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What to see in January

At this time of year much of the countryside is quiet. The fields are too wet for tractors to work on or for cattle to graze. Sheep donít damage wet ground like heavier cattle do and so they may stay out in the fields all winter. These sheep are grazing a crop of fodder rape grown specially to feed them in the winter.

A field of stubble - that is, a field that has been left unploughed after the cereal harvest - provides an excellent winter feeding ground for farmland wildlife. Birds like rooks, starlings, pigeons and pheasants feast on seeds, worms, spiders and beetles. To read more, click here.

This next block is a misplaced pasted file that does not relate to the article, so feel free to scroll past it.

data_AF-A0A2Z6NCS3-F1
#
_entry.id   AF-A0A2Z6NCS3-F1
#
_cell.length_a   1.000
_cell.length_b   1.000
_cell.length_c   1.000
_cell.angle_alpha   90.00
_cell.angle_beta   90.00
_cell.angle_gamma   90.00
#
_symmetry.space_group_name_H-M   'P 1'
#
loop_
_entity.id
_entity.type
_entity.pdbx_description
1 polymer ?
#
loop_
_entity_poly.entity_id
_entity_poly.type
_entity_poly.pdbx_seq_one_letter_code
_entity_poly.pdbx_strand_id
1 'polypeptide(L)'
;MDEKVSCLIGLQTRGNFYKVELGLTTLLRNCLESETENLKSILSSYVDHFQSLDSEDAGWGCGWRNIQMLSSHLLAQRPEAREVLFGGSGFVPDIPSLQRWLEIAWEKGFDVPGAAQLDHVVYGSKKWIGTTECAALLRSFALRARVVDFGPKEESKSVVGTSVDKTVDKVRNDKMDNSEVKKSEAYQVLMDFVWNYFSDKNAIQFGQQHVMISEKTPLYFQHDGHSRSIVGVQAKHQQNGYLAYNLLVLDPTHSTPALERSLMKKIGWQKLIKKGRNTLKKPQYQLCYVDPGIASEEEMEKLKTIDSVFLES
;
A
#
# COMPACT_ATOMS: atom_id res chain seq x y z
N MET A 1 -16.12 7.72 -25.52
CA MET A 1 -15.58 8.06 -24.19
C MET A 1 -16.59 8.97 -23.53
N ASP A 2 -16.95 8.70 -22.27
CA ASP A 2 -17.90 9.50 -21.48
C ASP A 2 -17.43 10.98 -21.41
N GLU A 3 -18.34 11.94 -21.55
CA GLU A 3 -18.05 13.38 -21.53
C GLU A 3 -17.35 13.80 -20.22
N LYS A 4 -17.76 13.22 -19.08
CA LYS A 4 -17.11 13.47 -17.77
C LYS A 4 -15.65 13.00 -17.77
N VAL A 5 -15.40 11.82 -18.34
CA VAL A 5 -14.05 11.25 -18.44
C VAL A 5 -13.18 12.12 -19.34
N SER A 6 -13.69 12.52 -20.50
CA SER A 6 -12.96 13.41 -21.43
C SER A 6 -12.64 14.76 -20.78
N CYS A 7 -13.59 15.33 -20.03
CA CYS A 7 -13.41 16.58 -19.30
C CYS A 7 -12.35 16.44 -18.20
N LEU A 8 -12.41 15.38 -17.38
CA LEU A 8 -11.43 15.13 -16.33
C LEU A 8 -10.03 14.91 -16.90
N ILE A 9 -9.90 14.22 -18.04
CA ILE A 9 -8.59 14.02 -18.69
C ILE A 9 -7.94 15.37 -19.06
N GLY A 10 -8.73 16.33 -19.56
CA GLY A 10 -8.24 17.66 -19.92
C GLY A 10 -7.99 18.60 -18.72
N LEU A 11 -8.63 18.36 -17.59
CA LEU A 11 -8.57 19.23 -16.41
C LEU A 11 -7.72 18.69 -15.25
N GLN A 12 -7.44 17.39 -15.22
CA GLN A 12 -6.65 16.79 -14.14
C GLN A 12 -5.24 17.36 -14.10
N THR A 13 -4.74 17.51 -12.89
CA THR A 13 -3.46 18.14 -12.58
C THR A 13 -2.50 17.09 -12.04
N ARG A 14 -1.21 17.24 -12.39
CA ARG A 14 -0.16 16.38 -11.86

In the west of the county fields of daffodils are being harvested. The daffodils are picked by hand before the bud opens into flower so that by the time you buy them and take them home they are ready to open up.

A warm bowl of porridge is a good way to start the day on a cold morning. Some of the oats grown in Cornwall go to make porridge. Some are used as animal feed.

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